Carbondale man reports on damage from hurricane |

Carbondale man reports on damage from hurricane

Staff report
The Aspen Times
Aspen CO Colorado

A relief worker from Carbondale who was in Pearlington, Miss., during Hurricane Isaac said the unincorporated community was waterlogged throughout Wednesday but didn’t suffer extensive wind damage to homes and businesses.

“We rode out the storm. In some places, we got 6 to 8 feet of water,” said Tom Dalessandri, who was a co-founder of a relief organization called Mountains to Mississippi: The Pearlington Project when Hurricane Katrina struck seven years ago. Residents and governments of the Roaring Fork Valley started the direct-aid effort and adopted Pearlington after Katrina.

Dalessandri said Pearlington, right on the border of Louisiana, was basically engulfed by a lake created by the storm surge. The town was swamped throughout Wednesday, and the surge finally stopped by 7 p.m. Water was just starting to drain out of some areas Thursday morning, but some roads were still impassable.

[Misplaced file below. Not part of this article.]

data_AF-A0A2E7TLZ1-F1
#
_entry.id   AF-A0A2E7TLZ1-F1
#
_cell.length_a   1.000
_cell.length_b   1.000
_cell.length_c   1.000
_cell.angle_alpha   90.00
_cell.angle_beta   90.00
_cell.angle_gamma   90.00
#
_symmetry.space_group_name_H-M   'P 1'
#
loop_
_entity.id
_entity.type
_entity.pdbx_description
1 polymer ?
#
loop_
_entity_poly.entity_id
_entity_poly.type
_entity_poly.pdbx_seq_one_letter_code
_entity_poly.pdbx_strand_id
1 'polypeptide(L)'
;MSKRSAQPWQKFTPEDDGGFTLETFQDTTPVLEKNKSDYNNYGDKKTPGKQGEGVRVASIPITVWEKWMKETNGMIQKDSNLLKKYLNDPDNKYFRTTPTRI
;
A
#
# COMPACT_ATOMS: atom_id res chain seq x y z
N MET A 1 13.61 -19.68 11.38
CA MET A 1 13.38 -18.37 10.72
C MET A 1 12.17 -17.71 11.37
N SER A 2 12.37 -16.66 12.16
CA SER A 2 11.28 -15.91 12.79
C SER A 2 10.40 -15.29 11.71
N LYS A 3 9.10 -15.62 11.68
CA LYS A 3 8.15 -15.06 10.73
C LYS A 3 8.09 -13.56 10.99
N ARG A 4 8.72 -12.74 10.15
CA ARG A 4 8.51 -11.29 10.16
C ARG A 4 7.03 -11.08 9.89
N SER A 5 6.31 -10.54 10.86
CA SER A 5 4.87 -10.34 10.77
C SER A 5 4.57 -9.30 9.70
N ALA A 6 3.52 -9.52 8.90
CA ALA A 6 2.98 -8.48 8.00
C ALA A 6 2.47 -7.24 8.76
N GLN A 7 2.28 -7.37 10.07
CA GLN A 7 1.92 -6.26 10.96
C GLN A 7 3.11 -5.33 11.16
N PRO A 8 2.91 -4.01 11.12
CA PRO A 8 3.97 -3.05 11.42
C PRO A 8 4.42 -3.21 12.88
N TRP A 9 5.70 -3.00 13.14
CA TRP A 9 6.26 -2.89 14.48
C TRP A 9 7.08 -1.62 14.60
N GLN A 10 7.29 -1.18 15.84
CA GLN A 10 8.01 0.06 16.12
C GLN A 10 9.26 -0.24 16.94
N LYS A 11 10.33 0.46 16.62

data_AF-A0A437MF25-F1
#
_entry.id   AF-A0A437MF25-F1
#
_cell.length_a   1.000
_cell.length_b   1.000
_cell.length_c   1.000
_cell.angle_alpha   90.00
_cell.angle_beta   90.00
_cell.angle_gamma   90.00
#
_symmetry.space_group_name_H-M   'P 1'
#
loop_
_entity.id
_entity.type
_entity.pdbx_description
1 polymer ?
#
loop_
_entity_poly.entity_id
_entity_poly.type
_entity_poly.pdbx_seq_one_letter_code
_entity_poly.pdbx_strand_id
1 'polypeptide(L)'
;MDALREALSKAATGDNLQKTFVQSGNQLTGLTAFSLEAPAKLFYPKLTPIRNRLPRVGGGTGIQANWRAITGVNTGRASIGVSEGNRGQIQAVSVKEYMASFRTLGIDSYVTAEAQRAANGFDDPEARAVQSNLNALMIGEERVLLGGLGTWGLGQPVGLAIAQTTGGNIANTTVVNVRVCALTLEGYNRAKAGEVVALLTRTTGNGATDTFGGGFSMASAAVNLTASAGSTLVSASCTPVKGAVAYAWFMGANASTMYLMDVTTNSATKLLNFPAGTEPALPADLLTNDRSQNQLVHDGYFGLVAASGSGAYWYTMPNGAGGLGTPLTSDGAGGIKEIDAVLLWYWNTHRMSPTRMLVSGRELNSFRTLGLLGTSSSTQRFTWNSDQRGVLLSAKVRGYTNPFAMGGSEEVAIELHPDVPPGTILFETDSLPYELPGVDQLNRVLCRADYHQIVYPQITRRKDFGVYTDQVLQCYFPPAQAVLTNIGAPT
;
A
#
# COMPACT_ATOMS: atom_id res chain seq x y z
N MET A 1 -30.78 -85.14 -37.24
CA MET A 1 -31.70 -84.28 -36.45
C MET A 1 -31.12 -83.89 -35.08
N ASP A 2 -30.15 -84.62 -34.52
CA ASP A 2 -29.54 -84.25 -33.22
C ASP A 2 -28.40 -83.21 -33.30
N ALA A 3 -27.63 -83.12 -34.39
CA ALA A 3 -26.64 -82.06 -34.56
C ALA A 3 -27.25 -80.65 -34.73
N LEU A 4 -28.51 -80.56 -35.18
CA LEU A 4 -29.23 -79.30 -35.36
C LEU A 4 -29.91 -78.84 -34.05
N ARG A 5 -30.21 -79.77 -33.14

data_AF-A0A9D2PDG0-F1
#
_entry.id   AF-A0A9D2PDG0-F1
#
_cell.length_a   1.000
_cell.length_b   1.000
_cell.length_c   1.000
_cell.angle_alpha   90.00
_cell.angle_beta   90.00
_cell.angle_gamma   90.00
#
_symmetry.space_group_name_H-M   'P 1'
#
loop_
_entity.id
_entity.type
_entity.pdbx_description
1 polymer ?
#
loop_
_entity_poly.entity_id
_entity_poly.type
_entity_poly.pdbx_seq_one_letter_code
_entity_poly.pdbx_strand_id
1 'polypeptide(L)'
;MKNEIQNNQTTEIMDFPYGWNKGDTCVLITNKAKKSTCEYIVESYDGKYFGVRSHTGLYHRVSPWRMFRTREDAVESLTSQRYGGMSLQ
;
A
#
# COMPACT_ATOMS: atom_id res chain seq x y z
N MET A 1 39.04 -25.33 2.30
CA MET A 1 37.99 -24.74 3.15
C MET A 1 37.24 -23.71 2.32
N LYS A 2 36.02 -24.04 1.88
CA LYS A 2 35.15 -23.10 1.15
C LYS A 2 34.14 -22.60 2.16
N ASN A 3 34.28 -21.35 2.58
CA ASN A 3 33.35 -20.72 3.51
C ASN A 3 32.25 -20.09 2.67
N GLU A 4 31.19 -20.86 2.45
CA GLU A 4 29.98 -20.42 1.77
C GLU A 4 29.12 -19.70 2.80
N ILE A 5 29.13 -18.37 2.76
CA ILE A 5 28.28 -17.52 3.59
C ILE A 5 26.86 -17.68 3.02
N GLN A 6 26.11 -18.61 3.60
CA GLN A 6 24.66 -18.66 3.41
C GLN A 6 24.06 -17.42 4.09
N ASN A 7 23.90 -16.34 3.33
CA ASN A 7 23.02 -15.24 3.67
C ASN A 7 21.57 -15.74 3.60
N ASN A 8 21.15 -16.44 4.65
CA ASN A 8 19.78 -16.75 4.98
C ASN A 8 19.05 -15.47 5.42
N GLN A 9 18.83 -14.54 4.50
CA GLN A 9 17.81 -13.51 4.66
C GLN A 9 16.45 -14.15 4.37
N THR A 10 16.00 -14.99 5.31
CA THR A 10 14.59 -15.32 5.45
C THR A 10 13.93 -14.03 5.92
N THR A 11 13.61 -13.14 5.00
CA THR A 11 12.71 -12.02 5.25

Dalessandri said there were sustained winds Tuesday between 45 and 55 mph but very little thunder or lightning. Not as much rain fell on Pearlington as in other areas of the Gulf Coast.

The house where Dalessandri was staying was swamped with about 1 foot of water, he said. As of 1 p.m. Mountain Time, he was just starting to drive around the community for an assessment of damage. National Guard troops were in Pearlington, but he saw no sign of the Red Cross.

Pearlington residents are bracing for another round of water. So much rain has fallen north of the community that the Pearl River is expected to crest at 18 feet by Sunday, according to Dalessandri. Flood stage is at 14 feet, so the town could be swamped again, he said.

Start a dialogue, stay on topic and be civil.
If you don't follow the rules, your comment may be deleted.


Forest Service unveils proposal to help beleaguered elk herd

February 19, 2020

Studies by Colorado Parks and Wildlife show the survival of elk calves in the Roaring Fork Valley has dropped about 33 percent in the last decade. White River National Forest officials said they need to act to try to reserve that trend. They are seeking public comment on their plan.

See more